Designing and filling your home’s interior can be a complete minefield. There are way too many choices out there, and it’s never the right time to start renovating. That said, there are a few steps you can take to ensure your spaces are considered, balanced, and pack plenty of punch. Scroll down to discover the five factors interior designer Shannon Vos considers when creating a cohesive room.
Arguably the most important consideration in designing a room is how the space works. It must cater to the needs of the people using the room without feeling cramped. So, don’t forget to take into account the negative space in a room — that’s the space not being used. If you have, for instance, giant vaulted ceilings, you can utilize this normally unreachable space with larger-than-life pendants, oversized fans, or even a visual element such as shiplap cladding so the room doesn’t feel like an airport waiting area.
It’s also important to leave enough space between elements so people can comfortably move through the room, but not so much that you’re running a half-marathon during the day. Generally, four feet is enough between significant furniture pieces and zones, but if you have the luxury, a five-foot buffer can be ideal.
Keep your furniture off the walls just a touch to prevent any damage, but also to give the illusion of space. Even in a smaller room, a sofa placed just off the wall will make the room look bigger than it is.
It’s all about balance. Balance the negative with the usable space and your room will feel coherent and resolved.
A good lighting plan is often overlooked during a renovation or build, but it can make or break a space. Your floor plan will usually determine your lighting plan — and if you have it, natural light is always best. Just remember, it constantly changes throughout the day and will change the way colors look. Morning light from the east is usually cool, compared to afternoon light from the west, which is warmer in color.
Aside from this, you’ll require a good mix of ambient, accent, and task lighting to create depth and character in your rooms. Too many canister lights can kill a vibe in any home, so don’t overdo it. Instead, floor lamps, table lights, wall lights, ceiling lights and recessed wash lighting can come together to light up what you need and where, as well as creating mood and ambience.
Always use warm light in your home and try to light up interesting features in a space. It might be timber floors, a vaulted ceiling, or a prized artwork. Anything that can deliver character and interest in a space will be miles ahead of the all-too-often-chosen gazillion canister lights.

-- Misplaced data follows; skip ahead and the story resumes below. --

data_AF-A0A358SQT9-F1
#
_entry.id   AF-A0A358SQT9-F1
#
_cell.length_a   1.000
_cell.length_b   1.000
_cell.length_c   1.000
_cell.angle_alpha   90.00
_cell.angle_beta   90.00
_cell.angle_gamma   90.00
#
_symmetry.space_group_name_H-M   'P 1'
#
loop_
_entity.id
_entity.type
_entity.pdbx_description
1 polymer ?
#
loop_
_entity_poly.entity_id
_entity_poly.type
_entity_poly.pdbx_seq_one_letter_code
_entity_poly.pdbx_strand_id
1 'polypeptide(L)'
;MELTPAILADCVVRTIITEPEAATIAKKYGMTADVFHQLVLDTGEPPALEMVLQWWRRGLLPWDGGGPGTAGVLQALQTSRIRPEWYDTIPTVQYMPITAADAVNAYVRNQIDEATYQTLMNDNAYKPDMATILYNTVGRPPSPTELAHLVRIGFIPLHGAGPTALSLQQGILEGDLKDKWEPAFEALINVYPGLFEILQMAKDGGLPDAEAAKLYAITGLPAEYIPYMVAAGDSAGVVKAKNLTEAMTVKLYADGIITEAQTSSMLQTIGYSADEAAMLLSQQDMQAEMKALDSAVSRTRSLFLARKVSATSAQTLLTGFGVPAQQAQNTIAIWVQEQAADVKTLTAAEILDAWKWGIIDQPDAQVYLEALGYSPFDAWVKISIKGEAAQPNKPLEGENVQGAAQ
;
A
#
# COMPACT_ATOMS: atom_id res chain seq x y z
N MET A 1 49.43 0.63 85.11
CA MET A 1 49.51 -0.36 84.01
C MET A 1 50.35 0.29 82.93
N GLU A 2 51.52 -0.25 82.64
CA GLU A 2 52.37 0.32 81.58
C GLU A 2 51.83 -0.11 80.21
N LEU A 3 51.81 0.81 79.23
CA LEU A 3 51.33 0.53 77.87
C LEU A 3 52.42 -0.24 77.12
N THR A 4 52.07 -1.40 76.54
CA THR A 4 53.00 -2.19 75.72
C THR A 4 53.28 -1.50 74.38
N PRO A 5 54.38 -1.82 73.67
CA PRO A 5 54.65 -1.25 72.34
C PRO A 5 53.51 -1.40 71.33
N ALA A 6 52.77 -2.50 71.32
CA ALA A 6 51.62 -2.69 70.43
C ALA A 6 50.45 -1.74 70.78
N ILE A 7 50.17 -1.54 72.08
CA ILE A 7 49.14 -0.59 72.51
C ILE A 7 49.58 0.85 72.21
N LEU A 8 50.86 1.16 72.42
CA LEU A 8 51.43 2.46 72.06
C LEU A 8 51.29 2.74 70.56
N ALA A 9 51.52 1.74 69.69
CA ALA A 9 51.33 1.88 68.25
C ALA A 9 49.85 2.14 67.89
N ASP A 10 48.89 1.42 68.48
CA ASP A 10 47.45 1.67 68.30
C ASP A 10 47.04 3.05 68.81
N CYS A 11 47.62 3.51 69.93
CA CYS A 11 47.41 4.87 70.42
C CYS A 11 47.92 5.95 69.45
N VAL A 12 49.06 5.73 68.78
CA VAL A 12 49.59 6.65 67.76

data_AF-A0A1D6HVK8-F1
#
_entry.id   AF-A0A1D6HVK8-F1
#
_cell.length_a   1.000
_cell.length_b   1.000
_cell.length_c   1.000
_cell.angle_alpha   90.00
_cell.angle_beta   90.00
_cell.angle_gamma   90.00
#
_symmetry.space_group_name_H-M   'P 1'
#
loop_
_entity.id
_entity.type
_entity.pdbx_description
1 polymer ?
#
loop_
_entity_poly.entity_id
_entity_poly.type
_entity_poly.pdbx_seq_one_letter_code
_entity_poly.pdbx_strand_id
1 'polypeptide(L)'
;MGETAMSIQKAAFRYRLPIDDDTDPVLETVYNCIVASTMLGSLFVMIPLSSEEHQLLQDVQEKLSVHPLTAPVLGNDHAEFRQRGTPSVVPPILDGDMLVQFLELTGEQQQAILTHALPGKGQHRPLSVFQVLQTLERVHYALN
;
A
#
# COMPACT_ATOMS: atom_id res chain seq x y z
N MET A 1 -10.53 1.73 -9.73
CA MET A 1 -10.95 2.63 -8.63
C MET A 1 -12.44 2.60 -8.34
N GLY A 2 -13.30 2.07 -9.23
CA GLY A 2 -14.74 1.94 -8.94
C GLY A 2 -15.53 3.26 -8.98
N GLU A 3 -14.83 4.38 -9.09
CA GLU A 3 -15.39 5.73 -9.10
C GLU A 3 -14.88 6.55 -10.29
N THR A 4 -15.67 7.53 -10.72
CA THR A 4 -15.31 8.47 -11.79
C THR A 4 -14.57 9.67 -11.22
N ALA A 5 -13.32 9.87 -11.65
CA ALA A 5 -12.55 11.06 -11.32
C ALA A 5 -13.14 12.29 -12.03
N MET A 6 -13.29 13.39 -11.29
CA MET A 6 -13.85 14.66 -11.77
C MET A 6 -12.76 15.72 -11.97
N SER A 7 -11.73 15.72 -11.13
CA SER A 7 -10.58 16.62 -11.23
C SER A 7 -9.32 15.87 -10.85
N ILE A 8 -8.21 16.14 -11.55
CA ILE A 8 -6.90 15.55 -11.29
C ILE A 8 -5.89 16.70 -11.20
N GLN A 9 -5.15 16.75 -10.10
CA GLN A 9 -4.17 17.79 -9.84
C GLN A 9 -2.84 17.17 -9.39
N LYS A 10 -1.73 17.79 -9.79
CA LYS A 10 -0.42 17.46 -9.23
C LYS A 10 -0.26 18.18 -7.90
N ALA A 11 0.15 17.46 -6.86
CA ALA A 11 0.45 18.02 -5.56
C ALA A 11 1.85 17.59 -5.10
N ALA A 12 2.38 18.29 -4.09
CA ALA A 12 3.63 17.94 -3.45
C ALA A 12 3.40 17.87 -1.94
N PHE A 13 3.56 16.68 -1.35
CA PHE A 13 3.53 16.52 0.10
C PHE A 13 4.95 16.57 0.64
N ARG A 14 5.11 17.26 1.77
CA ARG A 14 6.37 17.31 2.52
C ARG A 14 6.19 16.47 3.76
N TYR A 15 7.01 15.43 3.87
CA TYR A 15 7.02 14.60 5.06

We all know how warm and cool colors can change a space and the people in it — but how do we come up with a color palette that suits the natural light and the style we’re going for, and that will still look good 10 years from now?
It all starts with the sunlight you’ve been afforded, as natural light will amplify the brightness of any colors you decide on. A white room will look dazzling bathed in sunlight — but without it, it can feel drab. Therefore, it’s always best to test your color palette in your spaces before committing to painting a whole home.
I tend to work on the 60/30/10 rule. This is where 60 percent of a color used is the main color, and acts as an anchor and a backdrop for the rest of the space. Thirty percent of the space could be a secondary color — this tone needs to work harmoniously with your main color, but also be different enough to have its own identity. Lastly, you will want a 10 percent accent color, which can be a pop of anything that grabs the attention and makes a statement.
These colors don’t necessarily need to be paint-based. Anything in the home can make up these figures — timber floors, vibrant artworks, bright throws, or even a sofa. They will all build a palette.
Color combinations usually come in monochromatic, complementary, triadic (a group of three), or analogous schemes. They all work to create different character in a space, so do plenty of research before deciding on a color scheme.
I tend to choose a base color first, then identify what color scheme I’m after, and the rest seems to work itself out. Color is a very personal thing, so don’t commit to anything you haven’t fallen in love with.
Texture is paramount in any space. A heap of shiny, glossy surfaces means your living room will quickly start to look like a dental surgery. On the other hand, you probably don’t want your space to feel like a carpet shop in a Turkish souk, either.
As with light and color, it’s all about balance and diversity. Balance the fluffy throws with matte stone surfaces, plush pillows with oak timber grain, and soft tassels with shiny brass frames.
5. Shape and Pattern
Having balance in your shapes brings elements together. You wouldn’t fit a round rug under a rectangular dining table, for instance — it just wouldn’t sit right.
The same can also go for your decor. A balance of round, square, and triangle shapes generates interest, but grouping like-shaped objects can make a scene feel cohesive and settled. It’s a similar story with pattern. Whether it’s a paisley throw or a chevron rug, it all needs to be balanced.
The best way to achieve all of this is by trial and error — either on paper or a screen, or, best of all, physically trying the elements together in the room. As the old saying goes, practice makes perfect!
This article was originally written by Shannon Vos. For more, check out our sister site, Homes to Love.